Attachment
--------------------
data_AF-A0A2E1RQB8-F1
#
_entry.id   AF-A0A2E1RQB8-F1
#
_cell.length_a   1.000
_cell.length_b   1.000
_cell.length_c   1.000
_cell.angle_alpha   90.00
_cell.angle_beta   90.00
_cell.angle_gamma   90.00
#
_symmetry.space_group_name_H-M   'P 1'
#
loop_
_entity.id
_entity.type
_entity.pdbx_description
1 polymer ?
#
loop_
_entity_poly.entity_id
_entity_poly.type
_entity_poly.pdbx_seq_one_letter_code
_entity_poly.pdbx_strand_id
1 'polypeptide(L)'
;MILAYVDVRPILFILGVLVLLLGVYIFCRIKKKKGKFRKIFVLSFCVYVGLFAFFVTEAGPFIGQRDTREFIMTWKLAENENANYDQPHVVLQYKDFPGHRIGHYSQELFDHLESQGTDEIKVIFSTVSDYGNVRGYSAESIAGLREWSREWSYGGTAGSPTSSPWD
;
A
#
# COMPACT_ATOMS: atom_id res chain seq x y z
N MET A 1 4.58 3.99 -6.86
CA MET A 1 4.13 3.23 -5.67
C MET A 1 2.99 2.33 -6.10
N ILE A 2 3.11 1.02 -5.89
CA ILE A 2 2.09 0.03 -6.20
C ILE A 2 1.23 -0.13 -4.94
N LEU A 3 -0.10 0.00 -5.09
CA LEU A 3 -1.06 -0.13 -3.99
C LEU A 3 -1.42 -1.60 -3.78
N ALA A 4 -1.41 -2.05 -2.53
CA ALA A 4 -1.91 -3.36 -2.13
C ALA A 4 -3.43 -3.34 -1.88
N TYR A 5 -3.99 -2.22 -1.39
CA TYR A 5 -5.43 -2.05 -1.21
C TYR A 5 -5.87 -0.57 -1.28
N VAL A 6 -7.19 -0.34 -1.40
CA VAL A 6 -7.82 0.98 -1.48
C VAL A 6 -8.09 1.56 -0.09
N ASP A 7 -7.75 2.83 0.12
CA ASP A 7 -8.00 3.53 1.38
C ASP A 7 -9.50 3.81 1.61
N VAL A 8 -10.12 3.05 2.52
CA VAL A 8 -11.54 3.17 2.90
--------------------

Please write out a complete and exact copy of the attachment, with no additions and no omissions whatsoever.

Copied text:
data_AF-A0A2E1RQB8-F1
#
_entry.id   AF-A0A2E1RQB8-F1
#
_cell.length_a   1.000
_cell.length_b   1.000
_cell.length_c   1.000
_cell.angle_alpha   90.00
_cell.angle_beta   90.00
_cell.angle_gamma   90.00
#
_symmetry.space_group_name_H-M   'P 1'
#
loop_
_entity.id
_entity.type
_entity.pdbx_description
1 polymer ?
#
loop_
_entity_poly.entity_id
_entity_poly.type
_entity_poly.pdbx_seq_one_letter_code
_entity_poly.pdbx_strand_id
1 'polypeptide(L)'
;MILAYVDVRPILFILGVLVLLLGVYIFCRIKKKKGKFRKIFVLSFCVYVGLFAFFVTEAGPFIGQRDTREFIMTWKLAENENANYDQPHVVLQYKDFPGHRIGHYSQELFDHLESQGTDEIKVIFSTVSDYGNVRGYSAESIAGLREWSREWSYGGTAGSPTSSPWD
;
A
#
# COMPACT_ATOMS: atom_id res chain seq x y z
N MET A 1 4.58 3.99 -6.86
CA MET A 1 4.13 3.23 -5.67
C MET A 1 2.99 2.33 -6.10
N ILE A 2 3.11 1.02 -5.89
CA ILE A 2 2.09 0.03 -6.20
C ILE A 2 1.23 -0.13 -4.94
N LEU A 3 -0.10 0.00 -5.09
CA LEU A 3 -1.06 -0.13 -3.99
C LEU A 3 -1.42 -1.60 -3.78
N ALA A 4 -1.41 -2.05 -2.53
CA ALA A 4 -1.91 -3.36 -2.13
C ALA A 4 -3.43 -3.34 -1.88
N TYR A 5 -3.99 -2.22 -1.39
CA TYR A 5 -5.43 -2.05 -1.21
C TYR A 5 -5.87 -0.57 -1.28
N VAL A 6 -7.19 -0.34 -1.40
CA VAL A 6 -7.82 0.98 -1.48
C VAL A 6 -8.09 1.56 -0.09
N ASP A 7 -7.75 2.83 0.12
CA ASP A 7 -8.00 3.53 1.38
C ASP A 7 -9.50 3.81 1.61
N VAL A 8 -10.12 3.05 2.52
CA VAL A 8 -11.54 3.17 2.90